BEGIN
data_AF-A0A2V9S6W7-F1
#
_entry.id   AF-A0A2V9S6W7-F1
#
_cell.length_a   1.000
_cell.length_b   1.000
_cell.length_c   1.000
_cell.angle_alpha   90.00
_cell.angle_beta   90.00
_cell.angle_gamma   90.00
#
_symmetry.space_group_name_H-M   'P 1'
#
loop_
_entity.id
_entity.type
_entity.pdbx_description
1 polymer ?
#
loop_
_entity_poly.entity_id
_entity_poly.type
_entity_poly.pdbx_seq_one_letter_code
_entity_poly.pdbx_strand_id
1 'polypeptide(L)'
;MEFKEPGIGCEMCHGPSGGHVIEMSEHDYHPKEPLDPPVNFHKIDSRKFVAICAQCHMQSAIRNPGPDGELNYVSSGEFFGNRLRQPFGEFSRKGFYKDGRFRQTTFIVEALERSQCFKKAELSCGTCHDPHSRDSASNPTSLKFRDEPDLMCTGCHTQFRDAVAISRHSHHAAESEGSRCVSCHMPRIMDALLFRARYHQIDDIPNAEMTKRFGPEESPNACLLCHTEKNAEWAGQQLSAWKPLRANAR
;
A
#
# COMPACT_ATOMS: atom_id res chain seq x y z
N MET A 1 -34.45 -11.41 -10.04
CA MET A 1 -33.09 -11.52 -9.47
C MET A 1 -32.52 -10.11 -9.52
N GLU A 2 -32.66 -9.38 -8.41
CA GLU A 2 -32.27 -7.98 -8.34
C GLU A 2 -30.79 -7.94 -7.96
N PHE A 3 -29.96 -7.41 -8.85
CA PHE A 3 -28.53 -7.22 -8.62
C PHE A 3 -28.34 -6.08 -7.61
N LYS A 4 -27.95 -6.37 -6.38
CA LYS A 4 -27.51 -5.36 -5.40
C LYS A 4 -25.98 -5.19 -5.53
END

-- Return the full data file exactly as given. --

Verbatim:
data_AF-A0A2V9S6W7-F1
#
_entry.id   AF-A0A2V9S6W7-F1
#
_cell.length_a   1.000
_cell.length_b   1.000
_cell.length_c   1.000
_cell.angle_alpha   90.00
_cell.angle_beta   90.00
_cell.angle_gamma   90.00
#
_symmetry.space_group_name_H-M   'P 1'
#
loop_
_entity.id
_entity.type
_entity.pdbx_description
1 polymer ?
#
loop_
_entity_poly.entity_id
_entity_poly.type
_entity_poly.pdbx_seq_one_letter_code
_entity_poly.pdbx_strand_id
1 'polypeptide(L)'
;MEFKEPGIGCEMCHGPSGGHVIEMSEHDYHPKEPLDPPVNFHKIDSRKFVAICAQCHMQSAIRNPGPDGELNYVSSGEFFGNRLRQPFGEFSRKGFYKDGRFRQTTFIVEALERSQCFKKAELSCGTCHDPHSRDSASNPTSLKFRDEPDLMCTGCHTQFRDAVAISRHSHHAAESEGSRCVSCHMPRIMDALLFRARYHQIDDIPNAEMTKRFGPEESPNACLLCHTEKNAEWAGQQLSAWKPLRANAR
;
A
#
# COMPACT_ATOMS: atom_id res chain seq x y z
N MET A 1 -34.45 -11.41 -10.04
CA MET A 1 -33.09 -11.52 -9.47
C MET A 1 -32.52 -10.11 -9.52
N GLU A 2 -32.66 -9.38 -8.41
CA GLU A 2 -32.27 -7.98 -8.34
C GLU A 2 -30.79 -7.94 -7.96
N PHE A 3 -29.96 -7.41 -8.85
CA PHE A 3 -28.53 -7.22 -8.62
C PHE A 3 -28.34 -6.08 -7.61
N LYS A 4 -27.95 -6.37 -6.38
CA LYS A 4 -27.51 -5.36 -5.40
C LYS A 4 -25.98 -5.19 -5.53